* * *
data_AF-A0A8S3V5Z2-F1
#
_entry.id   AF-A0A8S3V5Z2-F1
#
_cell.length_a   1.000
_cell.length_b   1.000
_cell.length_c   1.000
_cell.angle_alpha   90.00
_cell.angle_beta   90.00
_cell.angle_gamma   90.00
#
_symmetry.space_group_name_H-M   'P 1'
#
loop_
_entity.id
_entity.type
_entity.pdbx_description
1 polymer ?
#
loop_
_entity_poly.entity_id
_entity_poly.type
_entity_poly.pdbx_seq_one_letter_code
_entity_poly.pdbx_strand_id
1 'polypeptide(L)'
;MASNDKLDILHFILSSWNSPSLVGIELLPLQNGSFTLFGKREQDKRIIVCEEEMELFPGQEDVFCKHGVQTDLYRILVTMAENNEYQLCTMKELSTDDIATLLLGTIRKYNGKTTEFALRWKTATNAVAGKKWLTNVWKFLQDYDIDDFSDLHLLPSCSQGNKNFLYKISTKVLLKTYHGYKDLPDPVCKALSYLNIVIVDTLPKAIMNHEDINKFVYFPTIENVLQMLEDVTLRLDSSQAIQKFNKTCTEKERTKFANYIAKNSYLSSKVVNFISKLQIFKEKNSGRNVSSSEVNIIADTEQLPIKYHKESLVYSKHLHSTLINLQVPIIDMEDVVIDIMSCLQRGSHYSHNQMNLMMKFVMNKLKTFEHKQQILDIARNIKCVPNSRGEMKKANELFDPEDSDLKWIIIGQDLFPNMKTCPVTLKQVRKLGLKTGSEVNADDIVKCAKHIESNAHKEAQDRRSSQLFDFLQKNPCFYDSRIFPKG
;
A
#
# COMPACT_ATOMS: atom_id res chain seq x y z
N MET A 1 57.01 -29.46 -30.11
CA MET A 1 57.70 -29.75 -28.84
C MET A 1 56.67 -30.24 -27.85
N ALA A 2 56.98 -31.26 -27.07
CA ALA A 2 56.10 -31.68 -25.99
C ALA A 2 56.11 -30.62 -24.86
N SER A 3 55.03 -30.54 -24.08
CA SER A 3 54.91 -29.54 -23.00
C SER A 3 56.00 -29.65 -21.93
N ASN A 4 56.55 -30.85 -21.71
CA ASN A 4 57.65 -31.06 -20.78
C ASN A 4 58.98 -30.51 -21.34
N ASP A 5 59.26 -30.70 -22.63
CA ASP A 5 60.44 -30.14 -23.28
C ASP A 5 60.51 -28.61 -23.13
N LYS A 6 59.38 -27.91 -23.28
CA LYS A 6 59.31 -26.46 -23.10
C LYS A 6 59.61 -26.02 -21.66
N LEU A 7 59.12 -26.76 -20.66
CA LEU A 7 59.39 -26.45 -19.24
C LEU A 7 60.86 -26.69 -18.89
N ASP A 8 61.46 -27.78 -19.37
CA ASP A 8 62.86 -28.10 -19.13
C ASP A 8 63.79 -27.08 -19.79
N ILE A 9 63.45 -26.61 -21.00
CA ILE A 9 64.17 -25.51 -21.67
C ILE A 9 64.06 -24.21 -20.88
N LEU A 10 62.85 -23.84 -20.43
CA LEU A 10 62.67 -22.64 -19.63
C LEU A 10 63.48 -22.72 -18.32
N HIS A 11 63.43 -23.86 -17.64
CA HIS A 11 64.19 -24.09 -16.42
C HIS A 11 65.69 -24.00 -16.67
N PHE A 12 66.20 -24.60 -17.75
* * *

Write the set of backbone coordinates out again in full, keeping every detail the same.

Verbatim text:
data_AF-A0A8S3V5Z2-F1
#
_entry.id   AF-A0A8S3V5Z2-F1
#
_cell.length_a   1.000
_cell.length_b   1.000
_cell.length_c   1.000
_cell.angle_alpha   90.00
_cell.angle_beta   90.00
_cell.angle_gamma   90.00
#
_symmetry.space_group_name_H-M   'P 1'
#
loop_
_entity.id
_entity.type
_entity.pdbx_description
1 polymer ?
#
loop_
_entity_poly.entity_id
_entity_poly.type
_entity_poly.pdbx_seq_one_letter_code
_entity_poly.pdbx_strand_id
1 'polypeptide(L)'
;MASNDKLDILHFILSSWNSPSLVGIELLPLQNGSFTLFGKREQDKRIIVCEEEMELFPGQEDVFCKHGVQTDLYRILVTMAENNEYQLCTMKELSTDDIATLLLGTIRKYNGKTTEFALRWKTATNAVAGKKWLTNVWKFLQDYDIDDFSDLHLLPSCSQGNKNFLYKISTKVLLKTYHGYKDLPDPVCKALSYLNIVIVDTLPKAIMNHEDINKFVYFPTIENVLQMLEDVTLRLDSSQAIQKFNKTCTEKERTKFANYIAKNSYLSSKVVNFISKLQIFKEKNSGRNVSSSEVNIIADTEQLPIKYHKESLVYSKHLHSTLINLQVPIIDMEDVVIDIMSCLQRGSHYSHNQMNLMMKFVMNKLKTFEHKQQILDIARNIKCVPNSRGEMKKANELFDPEDSDLKWIIIGQDLFPNMKTCPVTLKQVRKLGLKTGSEVNADDIVKCAKHIESNAHKEAQDRRSSQLFDFLQKNPCFYDSRIFPKG
;
A
#
# COMPACT_ATOMS: atom_id res chain seq x y z
N MET A 1 57.01 -29.46 -30.11
CA MET A 1 57.70 -29.75 -28.84
C MET A 1 56.67 -30.24 -27.85
N ALA A 2 56.98 -31.26 -27.07
CA ALA A 2 56.10 -31.68 -25.99
C ALA A 2 56.11 -30.62 -24.86
N SER A 3 55.03 -30.54 -24.08
CA SER A 3 54.91 -29.54 -23.00
C SER A 3 56.00 -29.65 -21.93
N ASN A 4 56.55 -30.85 -21.71
CA ASN A 4 57.65 -31.06 -20.78
C ASN A 4 58.98 -30.51 -21.34
N ASP A 5 59.26 -30.70 -22.63
CA ASP A 5 60.44 -30.14 -23.28
C ASP A 5 60.51 -28.61 -23.13
N LYS A 6 59.38 -27.91 -23.28
CA LYS A 6 59.31 -26.46 -23.10
C LYS A 6 59.61 -26.02 -21.66
N LEU A 7 59.12 -26.76 -20.66
CA LEU A 7 59.39 -26.45 -19.24
C LEU A 7 60.86 -26.69 -18.89
N ASP A 8 61.46 -27.78 -19.37
CA ASP A 8 62.86 -28.10 -19.13
C ASP A 8 63.79 -27.08 -19.79
N ILE A 9 63.45 -26.61 -21.00
CA ILE A 9 64.17 -25.51 -21.67
C ILE A 9 64.06 -24.21 -20.88
N LEU A 10 62.85 -23.84 -20.43
CA LEU A 10 62.67 -22.64 -19.63
C LEU A 10 63.48 -22.72 -18.32
N HIS A 11 63.43 -23.86 -17.64
CA HIS A 11 64.19 -24.09 -16.42
C HIS A 11 65.69 -24.00 -16.67
N PHE A 12 66.20 -24.60 -17.75